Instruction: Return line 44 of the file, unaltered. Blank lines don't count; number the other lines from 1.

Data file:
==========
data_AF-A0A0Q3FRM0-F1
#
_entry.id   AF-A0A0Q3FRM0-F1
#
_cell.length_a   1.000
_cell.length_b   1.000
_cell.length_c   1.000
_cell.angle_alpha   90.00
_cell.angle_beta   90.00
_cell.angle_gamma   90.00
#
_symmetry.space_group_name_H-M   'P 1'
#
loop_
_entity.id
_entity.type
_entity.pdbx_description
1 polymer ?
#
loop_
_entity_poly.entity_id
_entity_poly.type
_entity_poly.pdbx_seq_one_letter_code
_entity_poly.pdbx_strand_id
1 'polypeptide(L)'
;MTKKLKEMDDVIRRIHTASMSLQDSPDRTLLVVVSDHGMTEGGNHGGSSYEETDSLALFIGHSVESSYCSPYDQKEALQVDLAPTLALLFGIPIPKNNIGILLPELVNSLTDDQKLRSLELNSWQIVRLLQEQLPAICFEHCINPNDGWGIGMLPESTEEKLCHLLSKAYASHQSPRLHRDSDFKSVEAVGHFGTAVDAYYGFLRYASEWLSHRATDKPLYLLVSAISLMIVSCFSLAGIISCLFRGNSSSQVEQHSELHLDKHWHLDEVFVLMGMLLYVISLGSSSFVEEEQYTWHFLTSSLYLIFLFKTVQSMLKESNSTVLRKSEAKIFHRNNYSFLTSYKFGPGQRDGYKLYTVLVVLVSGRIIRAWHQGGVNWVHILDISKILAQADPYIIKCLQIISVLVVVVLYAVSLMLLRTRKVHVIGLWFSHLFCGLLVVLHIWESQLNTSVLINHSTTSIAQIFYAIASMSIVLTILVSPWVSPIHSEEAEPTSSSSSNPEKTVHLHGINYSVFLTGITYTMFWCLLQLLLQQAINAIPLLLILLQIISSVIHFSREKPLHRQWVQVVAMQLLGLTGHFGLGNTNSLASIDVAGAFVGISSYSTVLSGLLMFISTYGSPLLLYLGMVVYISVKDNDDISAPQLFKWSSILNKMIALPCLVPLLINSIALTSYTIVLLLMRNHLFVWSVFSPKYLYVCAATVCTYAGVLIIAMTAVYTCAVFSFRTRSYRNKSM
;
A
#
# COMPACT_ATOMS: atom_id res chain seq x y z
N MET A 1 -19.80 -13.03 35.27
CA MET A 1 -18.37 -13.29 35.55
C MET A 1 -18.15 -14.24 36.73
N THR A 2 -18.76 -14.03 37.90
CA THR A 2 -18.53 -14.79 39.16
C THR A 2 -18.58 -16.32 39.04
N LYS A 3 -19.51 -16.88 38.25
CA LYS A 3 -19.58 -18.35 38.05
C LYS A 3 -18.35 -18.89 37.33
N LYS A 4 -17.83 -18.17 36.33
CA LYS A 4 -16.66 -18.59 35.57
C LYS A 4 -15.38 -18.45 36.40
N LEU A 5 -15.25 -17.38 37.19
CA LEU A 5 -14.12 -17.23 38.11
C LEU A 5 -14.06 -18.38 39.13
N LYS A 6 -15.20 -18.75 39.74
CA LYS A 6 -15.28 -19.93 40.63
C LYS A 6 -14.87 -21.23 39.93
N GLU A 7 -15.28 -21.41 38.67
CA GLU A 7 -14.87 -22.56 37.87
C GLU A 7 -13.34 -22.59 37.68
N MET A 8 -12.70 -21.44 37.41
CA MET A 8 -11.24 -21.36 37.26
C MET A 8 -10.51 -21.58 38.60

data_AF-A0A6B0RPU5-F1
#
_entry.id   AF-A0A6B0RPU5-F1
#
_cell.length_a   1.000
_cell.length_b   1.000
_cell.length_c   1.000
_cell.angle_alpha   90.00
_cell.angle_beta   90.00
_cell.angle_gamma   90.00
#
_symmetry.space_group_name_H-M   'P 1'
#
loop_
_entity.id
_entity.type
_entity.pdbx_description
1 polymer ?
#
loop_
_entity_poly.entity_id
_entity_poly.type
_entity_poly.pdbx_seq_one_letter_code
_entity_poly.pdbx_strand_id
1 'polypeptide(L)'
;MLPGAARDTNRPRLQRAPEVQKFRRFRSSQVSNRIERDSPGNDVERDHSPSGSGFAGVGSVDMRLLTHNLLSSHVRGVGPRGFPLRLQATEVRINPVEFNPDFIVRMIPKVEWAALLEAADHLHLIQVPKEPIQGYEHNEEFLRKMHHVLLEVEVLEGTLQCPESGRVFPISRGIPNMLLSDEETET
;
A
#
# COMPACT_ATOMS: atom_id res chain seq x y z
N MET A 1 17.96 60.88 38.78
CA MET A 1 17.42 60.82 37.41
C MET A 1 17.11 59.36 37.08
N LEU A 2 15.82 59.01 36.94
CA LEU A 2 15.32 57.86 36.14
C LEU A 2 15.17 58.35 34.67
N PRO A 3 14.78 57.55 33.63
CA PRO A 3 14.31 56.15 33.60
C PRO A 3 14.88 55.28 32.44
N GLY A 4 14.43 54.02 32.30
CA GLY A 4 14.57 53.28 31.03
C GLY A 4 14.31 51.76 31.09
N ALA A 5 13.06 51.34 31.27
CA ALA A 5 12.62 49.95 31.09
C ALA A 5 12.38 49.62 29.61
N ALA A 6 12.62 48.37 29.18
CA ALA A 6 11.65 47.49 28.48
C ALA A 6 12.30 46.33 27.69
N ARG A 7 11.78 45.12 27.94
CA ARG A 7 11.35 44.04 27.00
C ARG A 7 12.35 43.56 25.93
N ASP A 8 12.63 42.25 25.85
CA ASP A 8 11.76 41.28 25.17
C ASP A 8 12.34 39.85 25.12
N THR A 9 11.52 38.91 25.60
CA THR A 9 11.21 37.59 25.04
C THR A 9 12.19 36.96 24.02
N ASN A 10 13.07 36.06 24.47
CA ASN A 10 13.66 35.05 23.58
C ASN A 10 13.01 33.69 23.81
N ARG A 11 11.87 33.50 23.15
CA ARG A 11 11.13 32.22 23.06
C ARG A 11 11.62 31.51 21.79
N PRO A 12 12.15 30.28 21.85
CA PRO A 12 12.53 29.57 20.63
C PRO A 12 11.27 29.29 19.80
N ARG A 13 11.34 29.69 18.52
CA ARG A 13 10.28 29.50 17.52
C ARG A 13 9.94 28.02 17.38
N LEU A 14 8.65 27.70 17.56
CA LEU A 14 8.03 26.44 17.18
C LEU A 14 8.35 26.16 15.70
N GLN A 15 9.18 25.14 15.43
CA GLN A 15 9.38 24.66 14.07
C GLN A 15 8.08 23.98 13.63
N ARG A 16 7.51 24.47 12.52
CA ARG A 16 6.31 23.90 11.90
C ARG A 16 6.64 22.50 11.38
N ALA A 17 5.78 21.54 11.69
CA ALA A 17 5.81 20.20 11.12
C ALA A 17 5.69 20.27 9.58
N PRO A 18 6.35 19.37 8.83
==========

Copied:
CA LEU A 5 -14.12 -17.23 38.11